Simply HRP can be understood as the process of forecasting an organization’s future demands for and supply of the right type of people in the right number. In other words HRP is the process of determining manpower needs and formulating plans to meet these needs.
Significance or need or Importance of Human Resource Planning
Human resource planning aims at fulfilling the objectives of manpower requirement. It helps to mobilize the recruited resources for the productive activities. The human resource planning is and important process aiming to link business strategy and its operation. The importances of human resource planning are as follows:
1. Future Manpower Needs: Human resource planning ensures that people are available to provide the continued smooth operation of an organization. It means, human resource planning is regarded as a tool to assure the future availability of manpower to carry on the organizational activities. It determines the future needs of manpower in terms of number and kind.
2. Coping with Change: Human resource planning is important to cope with the change associated with the external environmental factors. It helps assess the current human resources through HR inventory and adapts it to changing technological, political, socio-cultural, and economic forces.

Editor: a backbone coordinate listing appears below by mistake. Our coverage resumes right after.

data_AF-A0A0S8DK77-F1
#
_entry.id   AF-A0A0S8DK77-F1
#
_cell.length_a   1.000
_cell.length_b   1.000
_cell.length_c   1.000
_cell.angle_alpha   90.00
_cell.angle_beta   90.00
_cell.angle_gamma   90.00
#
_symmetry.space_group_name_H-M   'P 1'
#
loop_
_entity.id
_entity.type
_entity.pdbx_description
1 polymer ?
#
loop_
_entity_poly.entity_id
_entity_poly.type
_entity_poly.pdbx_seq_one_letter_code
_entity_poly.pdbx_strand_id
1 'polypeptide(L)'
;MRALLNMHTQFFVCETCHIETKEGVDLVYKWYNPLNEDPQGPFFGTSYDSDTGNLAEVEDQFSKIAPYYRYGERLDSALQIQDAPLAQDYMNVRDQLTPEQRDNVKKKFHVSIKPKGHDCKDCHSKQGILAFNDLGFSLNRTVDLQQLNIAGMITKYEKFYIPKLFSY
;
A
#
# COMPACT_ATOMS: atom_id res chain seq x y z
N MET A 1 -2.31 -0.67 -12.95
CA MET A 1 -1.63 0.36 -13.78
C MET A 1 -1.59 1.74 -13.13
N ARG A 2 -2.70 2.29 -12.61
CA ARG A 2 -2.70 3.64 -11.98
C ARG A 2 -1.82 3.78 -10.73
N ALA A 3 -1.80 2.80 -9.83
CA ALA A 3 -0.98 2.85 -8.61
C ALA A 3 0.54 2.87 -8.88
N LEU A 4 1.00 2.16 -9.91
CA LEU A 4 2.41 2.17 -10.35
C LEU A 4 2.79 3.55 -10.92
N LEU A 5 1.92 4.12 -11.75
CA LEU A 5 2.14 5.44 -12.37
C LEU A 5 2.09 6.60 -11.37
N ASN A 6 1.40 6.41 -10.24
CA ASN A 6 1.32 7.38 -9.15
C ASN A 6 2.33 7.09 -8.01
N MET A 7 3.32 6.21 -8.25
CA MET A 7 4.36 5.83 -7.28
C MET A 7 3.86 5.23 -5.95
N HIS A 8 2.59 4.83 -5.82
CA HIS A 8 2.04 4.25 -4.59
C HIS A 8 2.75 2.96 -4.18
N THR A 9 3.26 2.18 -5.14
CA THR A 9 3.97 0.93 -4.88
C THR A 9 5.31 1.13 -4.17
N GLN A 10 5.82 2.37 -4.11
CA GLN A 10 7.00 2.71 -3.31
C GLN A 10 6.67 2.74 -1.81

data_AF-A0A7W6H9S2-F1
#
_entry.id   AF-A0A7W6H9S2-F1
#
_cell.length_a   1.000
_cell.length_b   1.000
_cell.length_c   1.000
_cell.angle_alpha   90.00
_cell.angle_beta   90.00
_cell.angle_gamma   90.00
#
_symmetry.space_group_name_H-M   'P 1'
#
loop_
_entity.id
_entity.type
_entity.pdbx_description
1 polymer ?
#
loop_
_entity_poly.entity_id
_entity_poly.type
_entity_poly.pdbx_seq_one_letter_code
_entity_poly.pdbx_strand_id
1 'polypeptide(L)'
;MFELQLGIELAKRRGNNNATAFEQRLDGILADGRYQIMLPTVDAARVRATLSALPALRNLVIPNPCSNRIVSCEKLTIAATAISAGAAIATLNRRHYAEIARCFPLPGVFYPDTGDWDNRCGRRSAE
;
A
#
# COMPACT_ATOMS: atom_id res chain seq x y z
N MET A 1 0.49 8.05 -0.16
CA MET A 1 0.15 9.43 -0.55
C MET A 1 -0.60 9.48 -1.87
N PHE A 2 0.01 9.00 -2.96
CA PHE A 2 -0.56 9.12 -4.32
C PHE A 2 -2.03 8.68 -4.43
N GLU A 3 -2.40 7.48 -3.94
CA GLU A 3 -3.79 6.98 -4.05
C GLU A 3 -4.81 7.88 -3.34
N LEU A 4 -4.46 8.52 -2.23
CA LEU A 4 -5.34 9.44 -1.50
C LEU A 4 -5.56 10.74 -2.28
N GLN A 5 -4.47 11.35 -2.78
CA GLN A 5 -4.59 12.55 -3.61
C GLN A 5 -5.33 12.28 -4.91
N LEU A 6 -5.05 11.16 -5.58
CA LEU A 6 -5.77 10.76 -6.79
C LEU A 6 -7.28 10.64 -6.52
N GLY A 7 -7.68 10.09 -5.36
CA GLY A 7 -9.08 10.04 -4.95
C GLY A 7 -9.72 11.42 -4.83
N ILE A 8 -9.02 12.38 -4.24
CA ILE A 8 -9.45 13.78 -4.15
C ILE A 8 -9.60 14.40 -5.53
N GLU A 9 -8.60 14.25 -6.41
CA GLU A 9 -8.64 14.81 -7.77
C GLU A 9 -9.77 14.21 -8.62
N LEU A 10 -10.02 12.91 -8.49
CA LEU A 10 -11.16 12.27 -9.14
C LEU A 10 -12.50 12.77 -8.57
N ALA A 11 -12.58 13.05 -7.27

3. Recruitment of Talented Personnel: Another purpose of HR planning is to recruit and select the most capable personnel to fill job vacancies. It determines human resource needs, assesses the available HR inventory level and finally recruits the personnel needed to perform the job.
4. Development of Human Resources: Human resource planning identifies the skill requirements for various levels of jobs. Then it organizes various training and development campaigns to impart the required skill and ability in employees to perform the task efficiently and effectively.
5. Proper Utilization of Human Resources: Human resource planning measures that the organization acquires and utilizes the manpower effectively to achieve objectives. Human resource planning helps in assessing and recruiting skilled human resource. It focuses on the optimum utilization of human resource to minimize the overall cost of production.